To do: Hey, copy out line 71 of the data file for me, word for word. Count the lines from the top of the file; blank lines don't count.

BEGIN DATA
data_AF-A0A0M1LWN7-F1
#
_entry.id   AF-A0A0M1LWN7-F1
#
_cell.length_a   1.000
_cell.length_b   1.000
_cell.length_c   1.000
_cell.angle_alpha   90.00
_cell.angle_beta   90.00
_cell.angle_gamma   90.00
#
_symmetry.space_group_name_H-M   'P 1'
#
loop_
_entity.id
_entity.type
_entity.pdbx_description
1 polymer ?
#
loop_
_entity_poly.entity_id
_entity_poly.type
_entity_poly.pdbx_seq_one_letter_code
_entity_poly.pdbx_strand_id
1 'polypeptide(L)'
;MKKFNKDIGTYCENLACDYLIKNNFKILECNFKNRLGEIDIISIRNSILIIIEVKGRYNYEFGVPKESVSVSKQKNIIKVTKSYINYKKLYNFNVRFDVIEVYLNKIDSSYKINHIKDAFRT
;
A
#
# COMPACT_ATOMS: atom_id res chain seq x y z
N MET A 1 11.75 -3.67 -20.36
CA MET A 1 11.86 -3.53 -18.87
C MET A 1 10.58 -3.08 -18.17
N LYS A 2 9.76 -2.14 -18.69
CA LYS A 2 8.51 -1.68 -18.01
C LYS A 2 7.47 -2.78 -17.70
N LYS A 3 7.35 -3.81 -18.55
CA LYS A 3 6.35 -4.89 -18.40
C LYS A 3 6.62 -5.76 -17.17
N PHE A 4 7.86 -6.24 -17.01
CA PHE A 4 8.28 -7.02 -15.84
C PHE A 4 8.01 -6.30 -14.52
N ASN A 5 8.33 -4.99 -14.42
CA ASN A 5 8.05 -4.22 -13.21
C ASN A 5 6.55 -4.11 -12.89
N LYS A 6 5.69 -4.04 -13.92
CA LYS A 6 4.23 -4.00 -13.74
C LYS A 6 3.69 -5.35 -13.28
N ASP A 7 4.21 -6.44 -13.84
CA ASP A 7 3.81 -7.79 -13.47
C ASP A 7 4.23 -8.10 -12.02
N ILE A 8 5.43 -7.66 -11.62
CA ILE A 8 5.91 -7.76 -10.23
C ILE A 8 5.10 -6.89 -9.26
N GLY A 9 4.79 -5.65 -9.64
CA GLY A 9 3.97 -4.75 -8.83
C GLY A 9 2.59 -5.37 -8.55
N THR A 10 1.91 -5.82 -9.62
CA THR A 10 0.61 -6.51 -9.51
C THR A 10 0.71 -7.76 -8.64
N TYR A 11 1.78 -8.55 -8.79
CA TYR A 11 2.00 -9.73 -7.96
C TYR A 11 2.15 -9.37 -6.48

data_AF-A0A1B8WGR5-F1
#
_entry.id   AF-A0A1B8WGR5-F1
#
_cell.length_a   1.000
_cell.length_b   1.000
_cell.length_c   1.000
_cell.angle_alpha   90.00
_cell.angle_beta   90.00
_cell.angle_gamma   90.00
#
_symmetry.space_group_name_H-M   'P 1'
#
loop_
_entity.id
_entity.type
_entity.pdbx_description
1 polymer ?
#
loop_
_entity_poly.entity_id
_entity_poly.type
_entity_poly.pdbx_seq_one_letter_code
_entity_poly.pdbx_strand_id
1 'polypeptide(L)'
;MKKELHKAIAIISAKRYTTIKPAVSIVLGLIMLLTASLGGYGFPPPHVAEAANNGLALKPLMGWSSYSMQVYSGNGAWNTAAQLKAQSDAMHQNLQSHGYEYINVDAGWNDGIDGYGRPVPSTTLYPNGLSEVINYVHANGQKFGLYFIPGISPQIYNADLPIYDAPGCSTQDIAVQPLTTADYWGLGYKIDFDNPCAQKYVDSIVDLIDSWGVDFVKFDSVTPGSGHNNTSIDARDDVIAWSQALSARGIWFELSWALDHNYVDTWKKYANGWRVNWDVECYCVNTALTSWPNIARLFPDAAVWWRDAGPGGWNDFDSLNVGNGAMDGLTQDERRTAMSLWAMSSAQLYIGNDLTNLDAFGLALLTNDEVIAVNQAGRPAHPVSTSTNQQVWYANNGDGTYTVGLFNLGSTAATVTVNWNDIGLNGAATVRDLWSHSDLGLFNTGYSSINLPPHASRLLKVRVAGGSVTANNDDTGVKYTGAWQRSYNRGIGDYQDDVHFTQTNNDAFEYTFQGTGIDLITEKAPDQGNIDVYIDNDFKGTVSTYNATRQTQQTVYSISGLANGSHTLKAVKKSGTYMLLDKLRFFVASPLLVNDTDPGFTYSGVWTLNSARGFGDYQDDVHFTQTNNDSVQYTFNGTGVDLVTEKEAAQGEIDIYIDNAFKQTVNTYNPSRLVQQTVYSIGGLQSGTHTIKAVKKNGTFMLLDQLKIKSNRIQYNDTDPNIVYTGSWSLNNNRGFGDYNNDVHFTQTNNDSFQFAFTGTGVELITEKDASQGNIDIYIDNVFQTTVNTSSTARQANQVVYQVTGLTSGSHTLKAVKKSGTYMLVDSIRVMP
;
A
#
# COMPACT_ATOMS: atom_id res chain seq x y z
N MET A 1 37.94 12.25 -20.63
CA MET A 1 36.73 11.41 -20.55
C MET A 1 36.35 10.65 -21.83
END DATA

_cell.angle_alpha   90.00